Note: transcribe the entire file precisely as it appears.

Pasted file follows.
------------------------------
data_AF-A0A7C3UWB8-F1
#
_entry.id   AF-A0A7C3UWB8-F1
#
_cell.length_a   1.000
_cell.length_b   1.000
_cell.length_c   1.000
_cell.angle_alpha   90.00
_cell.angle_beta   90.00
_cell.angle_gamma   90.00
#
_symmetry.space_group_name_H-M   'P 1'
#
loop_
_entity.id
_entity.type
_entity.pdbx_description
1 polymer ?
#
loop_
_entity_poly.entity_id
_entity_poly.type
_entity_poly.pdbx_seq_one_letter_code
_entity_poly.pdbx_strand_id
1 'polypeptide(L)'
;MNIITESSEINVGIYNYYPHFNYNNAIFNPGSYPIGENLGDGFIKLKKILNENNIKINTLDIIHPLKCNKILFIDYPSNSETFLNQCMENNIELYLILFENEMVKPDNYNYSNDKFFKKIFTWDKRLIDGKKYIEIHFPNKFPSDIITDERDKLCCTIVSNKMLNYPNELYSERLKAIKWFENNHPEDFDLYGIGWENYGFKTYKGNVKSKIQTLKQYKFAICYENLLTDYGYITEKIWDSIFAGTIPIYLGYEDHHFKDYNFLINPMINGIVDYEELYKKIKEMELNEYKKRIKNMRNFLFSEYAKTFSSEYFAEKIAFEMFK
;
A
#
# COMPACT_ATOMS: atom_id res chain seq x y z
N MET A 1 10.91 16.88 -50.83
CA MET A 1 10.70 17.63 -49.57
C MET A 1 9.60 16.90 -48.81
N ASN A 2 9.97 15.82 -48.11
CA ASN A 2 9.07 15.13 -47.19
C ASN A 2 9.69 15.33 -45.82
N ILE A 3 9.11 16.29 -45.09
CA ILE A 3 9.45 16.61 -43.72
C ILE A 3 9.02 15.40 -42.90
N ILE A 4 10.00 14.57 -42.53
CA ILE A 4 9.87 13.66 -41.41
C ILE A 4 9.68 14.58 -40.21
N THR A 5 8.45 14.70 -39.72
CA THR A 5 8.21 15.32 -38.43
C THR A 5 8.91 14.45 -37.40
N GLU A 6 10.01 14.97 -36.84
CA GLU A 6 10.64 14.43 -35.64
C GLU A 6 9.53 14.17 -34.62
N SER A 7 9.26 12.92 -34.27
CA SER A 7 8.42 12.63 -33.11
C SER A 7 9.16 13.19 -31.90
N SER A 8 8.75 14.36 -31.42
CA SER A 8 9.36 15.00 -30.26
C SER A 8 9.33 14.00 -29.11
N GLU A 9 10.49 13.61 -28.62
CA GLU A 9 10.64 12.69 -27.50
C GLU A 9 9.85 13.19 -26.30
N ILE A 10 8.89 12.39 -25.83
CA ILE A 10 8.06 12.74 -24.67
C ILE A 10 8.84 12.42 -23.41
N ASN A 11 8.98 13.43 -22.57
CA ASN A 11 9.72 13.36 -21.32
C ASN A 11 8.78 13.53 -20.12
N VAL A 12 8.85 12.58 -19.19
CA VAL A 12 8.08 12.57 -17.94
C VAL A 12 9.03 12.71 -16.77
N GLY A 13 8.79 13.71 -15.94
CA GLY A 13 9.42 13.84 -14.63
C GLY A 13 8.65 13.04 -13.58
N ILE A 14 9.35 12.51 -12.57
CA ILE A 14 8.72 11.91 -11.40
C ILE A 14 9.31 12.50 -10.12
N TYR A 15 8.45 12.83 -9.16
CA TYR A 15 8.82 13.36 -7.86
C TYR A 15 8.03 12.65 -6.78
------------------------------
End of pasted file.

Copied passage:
data_AF-A0A7C3UWB8-F1
#
_entry.id   AF-A0A7C3UWB8-F1
#
_cell.length_a   1.000
_cell.length_b   1.000
_cell.length_c   1.000
_cell.angle_alpha   90.00
_cell.angle_beta   90.00
_cell.angle_gamma   90.00
#
_symmetry.space_group_name_H-M   'P 1'
#
loop_
_entity.id
_entity.type
_entity.pdbx_description
1 polymer ?
#
loop_
_entity_poly.entity_id
_entity_poly.type
_entity_poly.pdbx_seq_one_letter_code
_entity_poly.pdbx_strand_id
1 'polypeptide(L)'
;MNIITESSEINVGIYNYYPHFNYNNAIFNPGSYPIGENLGDGFIKLKKILNENNIKINTLDIIHPLKCNKILFIDYPSNSETFLNQCMENNIELYLILFENEMVKPDNYNYSNDKFFKKIFTWDKRLIDGKKYIEIHFPNKFPSDIITDERDKLCCTIVSNKMLNYPNELYSERLKAIKWFENNHPEDFDLYGIGWENYGFKTYKGNVKSKIQTLKQYKFAICYENLLTDYGYITEKIWDSIFAGTIPIYLGYEDHHFKDYNFLINPMINGIVDYEELYKKIKEMELNEYKKRIKNMRNFLFSEYAKTFSSEYFAEKIAFEMFK
;
A
#
# COMPACT_ATOMS: atom_id res chain seq x y z
N MET A 1 10.91 16.88 -50.83
CA MET A 1 10.70 17.63 -49.57
C MET A 1 9.60 16.90 -48.81
N ASN A 2 9.97 15.82 -48.11
CA ASN A 2 9.07 15.13 -47.19
C ASN A 2 9.69 15.33 -45.82
N ILE A 3 9.11 16.29 -45.09
CA ILE A 3 9.45 16.61 -43.72
C ILE A 3 9.02 15.40 -42.90
N ILE A 4 10.00 14.57 -42.53
CA ILE A 4 9.87 13.66 -41.41
C ILE A 4 9.68 14.58 -40.21
N THR A 5 8.45 14.70 -39.72
CA THR A 5 8.21 15.32 -38.43
C THR A 5 8.91 14.45 -37.40
N GLU A 6 10.01 14.97 -36.84
CA GLU A 6 10.64 14.43 -35.64
C GLU A 6 9.53 14.17 -34.62
N SER A 7 9.26 12.92 -34.27
CA SER A 7 8.42 12.63 -33.11
C SER A 7 9.16 13.19 -31.90
N SER A 8 8.75 14.36 -31.42
CA SER A 8 9.36 15.00 -30.26
C SER A 8 9.33 14.00 -29.11
N GLU A 9 10.49 13.61 -28.62
CA GLU A 9 10.64 12.69 -27.50
C GLU A 9 9.85 13.19 -26.30
N ILE A 10 8.89 12.39 -25.83
CA ILE A 10 8.06 12.74 -24.67
C ILE A 10 8.84 12.42 -23.41
N ASN A 11 8.98 13.43 -22.57
CA ASN A 11 9.72 13.36 -21.32
C ASN A 11 8.78 13.53 -20.12
N VAL A 12 8.85 12.58 -19.19
CA VAL A 12 8.08 12.57 -17.94
C VAL A 12 9.03 12.71 -16.77
N GLY A 13 8.79 13.71 -15.94
CA GLY A 13 9.42 13.84 -14.63
C GLY A 13 8.65 13.04 -13.58
N ILE A 14 9.35 12.51 -12.57
CA ILE A 14 8.72 11.91 -11.40
C ILE A 14 9.31 12.50 -10.12
N TYR A 15 8.45 12.83 -9.16
CA TYR A 15 8.82 13.36 -7.86
C TYR A 15 8.03 12.65 -6.78